The 2018 legislative session begins on Tuesday and I am looking forward to another year representing you and your family in St. Paul. I am hopeful that we will build on the successes of last session and continue to make Minnesota a great place to live, work, and raise a family.
This session, as we enter the second year of the legislative biennium, I would expect lawmakers to focus more of our energy on policy-focused initiatives.
Federal Tax Conformity
Late last year, President Trump signed into law the largest piece of federal tax reform legislation in decades. Due to this, millions of Americans are already seeing more dollars in their paychecks. Beyond the effect these reforms are having for every day Americans, federal tax reform also has fiscal impacts on Minnesota’s budget. This leaves lawmakers with a decision: conform to the new federal tax code or let things stay the same.
If we do nothing—no tax conformity or tax changes—the process of filing in Minnesota, along with compliance and auditing, will be a mess. Think about some of the issues MNLARS and MNsure have had but apply that frustration to tax returns.
If the state does decide to conform to the new tax code, we will likely experience a massive increase in tax revenue. The House Tax Committee will then have to take steps to make sure the increased tax revenue is returned to the taxpayers to prevent any type of widespread tax increase.
Either way, I expect us to act on tax conformity in one way or another, although it remains to be seen to what extent.
I expect a bonding bill to be discussed this session as the second year of the legislative biennium is traditionally the “bonding” year.
The governor has already come out and proposed a $1.5 billion package, $600 million more than what is planned for in the budget forecast. Clearly such a large number is a non-starter for most of my colleagues in the House. If any bill is agreed to, it will certainly be much less than what the governor is proposing and will be heavily focused on infrastructure and transportation needs.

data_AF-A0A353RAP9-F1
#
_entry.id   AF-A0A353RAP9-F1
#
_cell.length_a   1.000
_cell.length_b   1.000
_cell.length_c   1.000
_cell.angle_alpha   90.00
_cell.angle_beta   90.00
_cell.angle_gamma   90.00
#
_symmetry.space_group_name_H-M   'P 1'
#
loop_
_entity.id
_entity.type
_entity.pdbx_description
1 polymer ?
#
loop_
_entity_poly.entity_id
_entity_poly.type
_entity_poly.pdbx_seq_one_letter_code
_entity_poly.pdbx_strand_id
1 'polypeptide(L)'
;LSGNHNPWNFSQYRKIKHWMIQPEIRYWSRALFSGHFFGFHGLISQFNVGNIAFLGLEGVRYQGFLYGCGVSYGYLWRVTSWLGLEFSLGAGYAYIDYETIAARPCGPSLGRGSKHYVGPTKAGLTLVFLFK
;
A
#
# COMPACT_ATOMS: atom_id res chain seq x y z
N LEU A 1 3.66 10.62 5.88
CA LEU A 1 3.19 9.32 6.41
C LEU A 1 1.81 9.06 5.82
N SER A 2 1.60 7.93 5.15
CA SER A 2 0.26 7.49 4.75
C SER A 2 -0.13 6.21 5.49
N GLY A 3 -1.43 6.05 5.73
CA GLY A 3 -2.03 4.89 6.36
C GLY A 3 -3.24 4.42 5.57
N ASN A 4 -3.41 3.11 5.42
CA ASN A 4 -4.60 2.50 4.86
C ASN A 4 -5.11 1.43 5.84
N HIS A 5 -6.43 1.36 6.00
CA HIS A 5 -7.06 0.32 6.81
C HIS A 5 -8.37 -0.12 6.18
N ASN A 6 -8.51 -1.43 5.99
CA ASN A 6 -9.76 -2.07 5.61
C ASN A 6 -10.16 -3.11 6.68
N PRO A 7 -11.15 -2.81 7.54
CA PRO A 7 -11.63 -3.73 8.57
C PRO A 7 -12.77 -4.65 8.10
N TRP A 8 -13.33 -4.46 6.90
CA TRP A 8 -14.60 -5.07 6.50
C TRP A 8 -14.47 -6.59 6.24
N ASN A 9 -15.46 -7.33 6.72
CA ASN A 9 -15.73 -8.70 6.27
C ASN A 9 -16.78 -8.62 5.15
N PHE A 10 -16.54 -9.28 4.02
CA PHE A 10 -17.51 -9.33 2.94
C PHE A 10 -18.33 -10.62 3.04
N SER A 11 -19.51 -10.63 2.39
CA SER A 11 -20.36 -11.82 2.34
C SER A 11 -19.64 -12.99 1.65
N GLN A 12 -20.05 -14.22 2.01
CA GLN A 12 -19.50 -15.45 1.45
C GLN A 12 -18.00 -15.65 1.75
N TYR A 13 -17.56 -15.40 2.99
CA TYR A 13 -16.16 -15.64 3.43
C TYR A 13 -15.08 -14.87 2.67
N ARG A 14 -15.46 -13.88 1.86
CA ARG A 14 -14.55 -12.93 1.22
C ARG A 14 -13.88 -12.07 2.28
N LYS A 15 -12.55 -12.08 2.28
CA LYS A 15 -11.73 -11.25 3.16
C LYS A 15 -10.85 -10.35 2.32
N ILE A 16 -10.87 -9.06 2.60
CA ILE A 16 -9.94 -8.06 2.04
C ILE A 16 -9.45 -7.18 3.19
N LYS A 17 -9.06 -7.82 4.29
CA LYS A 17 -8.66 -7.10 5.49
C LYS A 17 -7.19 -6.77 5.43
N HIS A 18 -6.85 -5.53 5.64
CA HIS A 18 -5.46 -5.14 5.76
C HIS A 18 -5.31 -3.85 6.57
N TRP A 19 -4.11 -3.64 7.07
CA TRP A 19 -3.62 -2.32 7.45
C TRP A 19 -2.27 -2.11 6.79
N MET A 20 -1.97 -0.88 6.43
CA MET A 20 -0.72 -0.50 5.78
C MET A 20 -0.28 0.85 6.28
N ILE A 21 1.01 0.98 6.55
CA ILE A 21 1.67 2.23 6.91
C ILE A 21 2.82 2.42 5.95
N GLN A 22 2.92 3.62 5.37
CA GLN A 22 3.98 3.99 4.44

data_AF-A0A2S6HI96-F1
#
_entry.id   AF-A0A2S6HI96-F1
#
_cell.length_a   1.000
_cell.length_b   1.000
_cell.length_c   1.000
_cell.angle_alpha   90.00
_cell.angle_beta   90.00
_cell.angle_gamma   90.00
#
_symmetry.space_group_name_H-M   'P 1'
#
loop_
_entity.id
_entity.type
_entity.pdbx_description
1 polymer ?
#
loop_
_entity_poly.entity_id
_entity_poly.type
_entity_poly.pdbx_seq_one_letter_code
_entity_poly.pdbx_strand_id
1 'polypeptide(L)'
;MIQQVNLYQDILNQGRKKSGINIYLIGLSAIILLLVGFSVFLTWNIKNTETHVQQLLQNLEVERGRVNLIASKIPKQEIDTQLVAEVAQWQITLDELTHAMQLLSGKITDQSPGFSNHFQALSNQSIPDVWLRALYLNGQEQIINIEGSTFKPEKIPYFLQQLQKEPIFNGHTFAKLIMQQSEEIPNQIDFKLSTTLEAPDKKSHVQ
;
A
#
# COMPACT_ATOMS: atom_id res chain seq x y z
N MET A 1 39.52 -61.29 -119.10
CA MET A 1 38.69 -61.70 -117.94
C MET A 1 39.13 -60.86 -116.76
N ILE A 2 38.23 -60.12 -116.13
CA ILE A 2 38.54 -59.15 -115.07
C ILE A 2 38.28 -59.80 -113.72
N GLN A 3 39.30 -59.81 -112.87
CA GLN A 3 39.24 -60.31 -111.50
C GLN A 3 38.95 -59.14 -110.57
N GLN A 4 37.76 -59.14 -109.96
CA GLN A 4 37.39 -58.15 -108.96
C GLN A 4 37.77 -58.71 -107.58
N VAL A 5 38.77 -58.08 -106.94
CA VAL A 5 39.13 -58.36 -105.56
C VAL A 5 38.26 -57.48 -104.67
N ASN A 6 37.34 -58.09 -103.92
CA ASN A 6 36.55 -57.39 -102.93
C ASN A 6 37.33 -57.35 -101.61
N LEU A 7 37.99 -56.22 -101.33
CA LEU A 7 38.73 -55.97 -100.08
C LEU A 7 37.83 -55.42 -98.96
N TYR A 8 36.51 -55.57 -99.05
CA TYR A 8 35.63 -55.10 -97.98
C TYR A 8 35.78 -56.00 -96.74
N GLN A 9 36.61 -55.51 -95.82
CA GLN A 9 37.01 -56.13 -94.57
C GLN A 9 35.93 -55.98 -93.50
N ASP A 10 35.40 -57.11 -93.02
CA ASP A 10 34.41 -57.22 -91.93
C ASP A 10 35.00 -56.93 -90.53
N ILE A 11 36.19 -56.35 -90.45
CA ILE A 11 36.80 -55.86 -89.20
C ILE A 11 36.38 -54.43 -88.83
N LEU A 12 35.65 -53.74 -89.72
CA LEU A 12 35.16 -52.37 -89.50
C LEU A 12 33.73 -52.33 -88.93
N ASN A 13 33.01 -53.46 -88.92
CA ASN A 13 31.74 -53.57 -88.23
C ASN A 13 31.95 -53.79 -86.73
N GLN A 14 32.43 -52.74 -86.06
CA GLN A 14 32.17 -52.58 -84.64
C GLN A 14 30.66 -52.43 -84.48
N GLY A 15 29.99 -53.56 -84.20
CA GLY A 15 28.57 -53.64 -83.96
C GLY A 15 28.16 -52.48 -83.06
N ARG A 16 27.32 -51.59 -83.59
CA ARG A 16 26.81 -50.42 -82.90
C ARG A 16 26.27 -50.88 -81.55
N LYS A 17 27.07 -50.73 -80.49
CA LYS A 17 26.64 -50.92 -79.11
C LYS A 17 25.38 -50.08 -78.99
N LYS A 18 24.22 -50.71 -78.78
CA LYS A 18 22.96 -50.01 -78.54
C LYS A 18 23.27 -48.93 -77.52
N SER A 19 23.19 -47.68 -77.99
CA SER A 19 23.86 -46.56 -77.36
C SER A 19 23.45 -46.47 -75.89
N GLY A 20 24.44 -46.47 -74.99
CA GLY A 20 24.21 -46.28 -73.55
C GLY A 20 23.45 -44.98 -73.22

Other Issues to be Addressed
There are a number of other issues that will likely be discussed this session in addition to tax conformity and bonding.
I predict the MNLARS debacle will be addressed this year as we look at ways to fix the mess the Dayton Administration has created with the failed implementation of this new vehicle licensing system. The administration just recently asked for an additional $43 million to “fix” the system on top of the $100 million and 10 years already spent on the project.
Simply put, Minnesotans should not be forced to foot the bill to clean up this mess and I am hopeful that we can find a solution to this significant problem this session.
I also anticipate that we will continue our work of bringing down the costs and improving access to better health care for all Minnesotans including new methods and treatments to help combat the opioid epidemic sweeping across the state.
Staying in touch
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As always, do not hesitate to contact me to discuss any questions, comments, or concerns you may have regarding the legislature. I can be reached by phone at 651-296-8237 or via email at firstname.lastname@example.org. You can also stay connected with me by visiting my Facebook page.